Precious Collections

“There are many beautiful pictures, upon which we gaze and gaze, until we find ourselves transported in thought to the scenes so faithfully represented.” These words, which were written over 150 years ago, come from a review in The Art Journal (1839-1912). The reviewer had just witnessed the first lens-based art show held in a museum. In 1858, the Photographic Society of London displayed over 1,000 prints across a wide range of subject matter, from architecture to landscapes. The V&A, formerly the South Kensington Museum, was the setting for this historic event. Today, it has a collection of over 800,000 images.

The gallery has continued to further its commitment to sharing stunning photography with the public, and is now launching its largest ever temporary exhibition for the medium. Fragile Beauty showcases the private archive of Sir Elton John and David Furnish, which spans from the 1950s to the present. More than 300 rare prints from 140 imagemakers are on view, including Ai Weiwei, Carrie Mae Weems, Cindy Sherman and Diane Arbus. Many of the pieces are making their exhibition debut, as part of this landmark show.

In Ryan McGinley’s (b.1977) Dakota Hair, we see a figure sitting in the back of a moving truck, as wind sweeps through their hair, the desert landscape nothing more than a blur in the background. Elsewhere, Herb Ritts (1952-2002) accentuates a daring Versace dress in a moody black-and-white fashion editorial. Why do these photographs pull us in over and over again? One answer has stood the test of time: images have the power to whisk us off to faraway places and periods in time. They are portals into distant worlds.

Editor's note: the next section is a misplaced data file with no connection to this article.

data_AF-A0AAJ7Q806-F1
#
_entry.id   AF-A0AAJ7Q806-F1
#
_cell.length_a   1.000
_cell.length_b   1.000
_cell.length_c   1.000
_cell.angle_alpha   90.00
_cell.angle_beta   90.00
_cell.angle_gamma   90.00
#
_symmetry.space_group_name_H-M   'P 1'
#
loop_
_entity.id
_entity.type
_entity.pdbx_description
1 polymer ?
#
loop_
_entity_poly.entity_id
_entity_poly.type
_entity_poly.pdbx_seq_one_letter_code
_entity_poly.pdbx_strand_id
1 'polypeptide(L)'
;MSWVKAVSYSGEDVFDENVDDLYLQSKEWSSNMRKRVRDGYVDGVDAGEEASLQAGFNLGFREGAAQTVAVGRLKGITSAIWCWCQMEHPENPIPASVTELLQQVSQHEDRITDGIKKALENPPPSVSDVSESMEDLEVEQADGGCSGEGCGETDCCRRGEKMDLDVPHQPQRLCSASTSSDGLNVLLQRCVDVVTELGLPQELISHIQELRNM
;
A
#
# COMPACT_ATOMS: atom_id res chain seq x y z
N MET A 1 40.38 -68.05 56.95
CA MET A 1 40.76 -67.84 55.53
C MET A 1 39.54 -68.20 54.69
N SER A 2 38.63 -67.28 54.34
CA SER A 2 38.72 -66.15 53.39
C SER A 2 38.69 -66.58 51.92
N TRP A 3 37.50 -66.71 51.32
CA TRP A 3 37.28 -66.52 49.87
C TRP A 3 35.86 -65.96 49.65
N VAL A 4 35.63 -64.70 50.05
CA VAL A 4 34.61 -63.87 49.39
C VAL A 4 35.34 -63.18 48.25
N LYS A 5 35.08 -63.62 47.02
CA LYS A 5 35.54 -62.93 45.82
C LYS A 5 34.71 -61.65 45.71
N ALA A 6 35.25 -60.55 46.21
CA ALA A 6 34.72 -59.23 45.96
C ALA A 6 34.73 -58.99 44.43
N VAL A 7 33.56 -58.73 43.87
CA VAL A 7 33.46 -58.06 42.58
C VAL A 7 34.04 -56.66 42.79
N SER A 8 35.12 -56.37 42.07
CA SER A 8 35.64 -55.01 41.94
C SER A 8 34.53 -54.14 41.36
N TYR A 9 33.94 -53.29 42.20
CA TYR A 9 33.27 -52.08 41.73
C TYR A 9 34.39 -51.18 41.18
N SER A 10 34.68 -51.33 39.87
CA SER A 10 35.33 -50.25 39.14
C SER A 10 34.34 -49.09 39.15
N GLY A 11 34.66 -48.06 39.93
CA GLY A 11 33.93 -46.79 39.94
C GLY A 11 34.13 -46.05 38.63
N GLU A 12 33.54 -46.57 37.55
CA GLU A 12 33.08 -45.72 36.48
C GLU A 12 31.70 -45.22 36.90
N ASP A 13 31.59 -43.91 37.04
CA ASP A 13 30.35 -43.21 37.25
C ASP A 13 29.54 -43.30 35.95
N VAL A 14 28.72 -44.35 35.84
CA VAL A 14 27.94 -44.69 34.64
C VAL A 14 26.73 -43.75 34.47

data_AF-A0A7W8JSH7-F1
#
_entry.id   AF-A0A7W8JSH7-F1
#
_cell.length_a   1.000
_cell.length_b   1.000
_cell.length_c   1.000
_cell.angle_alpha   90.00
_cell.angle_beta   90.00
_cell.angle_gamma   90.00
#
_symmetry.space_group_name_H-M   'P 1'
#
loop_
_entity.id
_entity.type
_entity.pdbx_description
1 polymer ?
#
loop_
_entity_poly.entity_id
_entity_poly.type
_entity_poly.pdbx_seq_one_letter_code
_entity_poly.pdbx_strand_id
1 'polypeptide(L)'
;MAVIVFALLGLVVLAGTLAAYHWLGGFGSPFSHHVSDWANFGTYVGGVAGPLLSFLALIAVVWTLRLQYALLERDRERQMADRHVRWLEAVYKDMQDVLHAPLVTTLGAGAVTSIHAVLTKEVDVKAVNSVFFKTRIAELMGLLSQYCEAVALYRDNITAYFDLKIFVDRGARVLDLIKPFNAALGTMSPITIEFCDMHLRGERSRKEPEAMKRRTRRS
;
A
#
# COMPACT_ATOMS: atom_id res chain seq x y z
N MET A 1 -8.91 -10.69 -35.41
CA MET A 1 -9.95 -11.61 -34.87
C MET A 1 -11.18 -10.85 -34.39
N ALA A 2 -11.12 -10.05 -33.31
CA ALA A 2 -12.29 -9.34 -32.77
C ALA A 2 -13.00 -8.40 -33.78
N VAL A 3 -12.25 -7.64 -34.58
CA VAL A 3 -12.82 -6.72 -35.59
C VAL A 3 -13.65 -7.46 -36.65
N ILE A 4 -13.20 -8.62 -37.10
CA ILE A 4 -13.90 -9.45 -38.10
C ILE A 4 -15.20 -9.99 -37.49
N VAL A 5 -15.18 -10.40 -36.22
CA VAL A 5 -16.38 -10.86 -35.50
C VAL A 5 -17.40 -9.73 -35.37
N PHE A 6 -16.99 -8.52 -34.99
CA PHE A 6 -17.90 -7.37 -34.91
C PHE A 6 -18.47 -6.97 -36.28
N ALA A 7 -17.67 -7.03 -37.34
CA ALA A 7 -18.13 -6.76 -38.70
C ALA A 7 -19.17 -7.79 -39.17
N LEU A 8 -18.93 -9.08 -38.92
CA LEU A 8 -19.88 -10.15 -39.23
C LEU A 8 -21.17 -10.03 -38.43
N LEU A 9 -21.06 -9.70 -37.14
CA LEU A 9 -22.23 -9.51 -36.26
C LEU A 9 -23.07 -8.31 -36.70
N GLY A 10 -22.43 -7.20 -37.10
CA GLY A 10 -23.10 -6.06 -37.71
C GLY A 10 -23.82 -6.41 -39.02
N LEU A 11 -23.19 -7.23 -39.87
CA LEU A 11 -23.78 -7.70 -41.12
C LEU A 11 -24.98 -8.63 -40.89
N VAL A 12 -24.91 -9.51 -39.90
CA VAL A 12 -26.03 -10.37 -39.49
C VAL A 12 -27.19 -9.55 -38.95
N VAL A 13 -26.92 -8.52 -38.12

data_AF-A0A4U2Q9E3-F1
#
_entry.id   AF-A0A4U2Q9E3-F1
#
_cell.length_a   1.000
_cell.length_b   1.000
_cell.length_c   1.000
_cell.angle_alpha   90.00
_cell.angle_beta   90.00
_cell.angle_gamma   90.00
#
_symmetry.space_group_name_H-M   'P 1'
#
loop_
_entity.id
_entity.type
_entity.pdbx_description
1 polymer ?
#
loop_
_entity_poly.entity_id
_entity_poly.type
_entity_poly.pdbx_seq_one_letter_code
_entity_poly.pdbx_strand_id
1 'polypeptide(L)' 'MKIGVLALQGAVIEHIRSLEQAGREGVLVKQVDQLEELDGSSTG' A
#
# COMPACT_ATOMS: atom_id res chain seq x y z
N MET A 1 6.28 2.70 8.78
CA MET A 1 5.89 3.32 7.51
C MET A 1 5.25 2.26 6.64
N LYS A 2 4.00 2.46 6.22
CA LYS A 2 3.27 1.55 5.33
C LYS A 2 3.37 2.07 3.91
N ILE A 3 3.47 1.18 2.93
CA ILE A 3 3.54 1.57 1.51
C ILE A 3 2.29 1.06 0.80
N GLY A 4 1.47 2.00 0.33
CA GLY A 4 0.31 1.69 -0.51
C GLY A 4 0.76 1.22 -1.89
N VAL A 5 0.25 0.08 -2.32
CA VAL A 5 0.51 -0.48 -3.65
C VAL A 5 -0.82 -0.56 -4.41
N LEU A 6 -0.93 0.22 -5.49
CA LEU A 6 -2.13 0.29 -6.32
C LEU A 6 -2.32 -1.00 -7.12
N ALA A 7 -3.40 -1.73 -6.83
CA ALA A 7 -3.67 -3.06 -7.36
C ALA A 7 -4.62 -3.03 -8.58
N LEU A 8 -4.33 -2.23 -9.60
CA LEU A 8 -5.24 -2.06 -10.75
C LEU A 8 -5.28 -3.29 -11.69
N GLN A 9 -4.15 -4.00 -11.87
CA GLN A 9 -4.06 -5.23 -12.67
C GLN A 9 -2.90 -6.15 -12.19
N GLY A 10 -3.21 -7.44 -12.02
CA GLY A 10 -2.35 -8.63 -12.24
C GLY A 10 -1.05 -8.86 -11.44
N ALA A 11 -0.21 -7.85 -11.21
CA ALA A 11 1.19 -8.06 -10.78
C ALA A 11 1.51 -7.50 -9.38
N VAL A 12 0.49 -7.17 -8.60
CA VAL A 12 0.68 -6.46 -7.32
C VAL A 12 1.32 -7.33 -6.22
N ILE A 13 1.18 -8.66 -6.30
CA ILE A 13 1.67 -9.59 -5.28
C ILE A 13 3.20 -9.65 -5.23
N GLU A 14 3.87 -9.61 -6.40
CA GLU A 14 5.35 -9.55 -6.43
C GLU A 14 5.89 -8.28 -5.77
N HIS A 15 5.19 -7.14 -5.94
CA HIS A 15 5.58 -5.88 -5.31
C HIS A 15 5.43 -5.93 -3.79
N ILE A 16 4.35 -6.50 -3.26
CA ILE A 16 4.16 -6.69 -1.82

V&A, Fragile Beauty | Until 18 May

Image Credits:

  1. Ryan McGinley, Dakota Hair, 2004 © Ryan McGinley Studios.
  2. Eve Arnold, USA. Nevada. Marilyn MONROE in the Nevada desert going over her lines for a difficult scene she is about to play with Clark GABLE in the film THE MISFITS. 1960 © Eve Arnold/Magnum Photos.